Request for Ministerial briefing on citizenship review
Information not of an advisory nature—information not related to executive government decision making process—s 9(2)(f)(iv) does not apply
A requester sought information about a review of the concept of citizenship, and complained to the Ombudsman when the Minister of Internal Affairs refused that request under section 9(2)(f)(iv).
The information at issue consisted of a briefing to the Minister prepared by officials at the Department of Internal Affairs. While that is the type of information that can attract the protection of section 9(2)(f)(iv), the Ombudsman was not persuaded that it properly applied in this case.
The briefing consisted of background and factual information, and discussion of a research report that was publicly available. The Ombudsman could not see how release of such limited ‘advice’ as there was would undermine the Minister’s ability to make decisions. Indeed, it was not clear what executive government decisions were required or pending.
All the briefing recommended was a meeting with officials to discuss the Minister’s views. It contained no detailed advice regarding policy options under consideration, except for recounting those canvassed in the publicly available research report.
Beyond the factual/background information, there were a few high-level statements of principle and expressions of opinion. However, these where neither surprising, nor, so far as the Ombudsman could see, potentially prejudicial to whatever ongoing executive government decision making processes there may have been.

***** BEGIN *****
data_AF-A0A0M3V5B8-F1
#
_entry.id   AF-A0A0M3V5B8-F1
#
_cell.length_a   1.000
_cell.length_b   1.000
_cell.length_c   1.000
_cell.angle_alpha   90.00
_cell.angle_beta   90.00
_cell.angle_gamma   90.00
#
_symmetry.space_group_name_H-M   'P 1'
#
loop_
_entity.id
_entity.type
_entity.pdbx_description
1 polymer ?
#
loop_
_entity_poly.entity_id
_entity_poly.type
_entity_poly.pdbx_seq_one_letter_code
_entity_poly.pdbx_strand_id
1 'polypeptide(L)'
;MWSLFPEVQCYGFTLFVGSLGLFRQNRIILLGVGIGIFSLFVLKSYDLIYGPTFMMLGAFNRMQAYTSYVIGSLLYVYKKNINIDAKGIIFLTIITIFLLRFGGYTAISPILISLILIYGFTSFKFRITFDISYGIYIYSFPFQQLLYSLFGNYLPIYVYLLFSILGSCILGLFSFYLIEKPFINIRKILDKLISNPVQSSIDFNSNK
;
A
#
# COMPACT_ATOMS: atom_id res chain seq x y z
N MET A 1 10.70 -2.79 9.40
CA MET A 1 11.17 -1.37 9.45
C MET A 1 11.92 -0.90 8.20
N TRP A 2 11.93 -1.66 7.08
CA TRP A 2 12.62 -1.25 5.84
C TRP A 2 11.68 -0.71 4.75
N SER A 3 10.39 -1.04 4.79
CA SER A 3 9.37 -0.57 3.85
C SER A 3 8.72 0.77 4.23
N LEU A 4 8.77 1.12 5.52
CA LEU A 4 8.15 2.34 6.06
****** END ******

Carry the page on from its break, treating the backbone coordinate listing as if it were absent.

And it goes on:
The Ombudsman appreciated that these statements and opinions may not have represented Government policy, but could not see why this would make withholding necessary under section 9(2)(f)(iv). She noted that the briefing could be disclosed with a disclaimer that it did not represent Government policy.
The Ombudsman also considered that there was a public interest in release of this kind of general background or high-level issues-based information because it would contribute toward public understanding of, and participation in, an important policy debate.
After considering the Ombudsman’s comments, the Minister decided to release the briefing, and the complaint was resolved.
This case note is published under the authority of the Ombudsmen Rules 1989. It sets out an Ombudsman’s view on the facts of a particular case. It should not be taken as establishing any legal precedent that would bind an Ombudsman in future.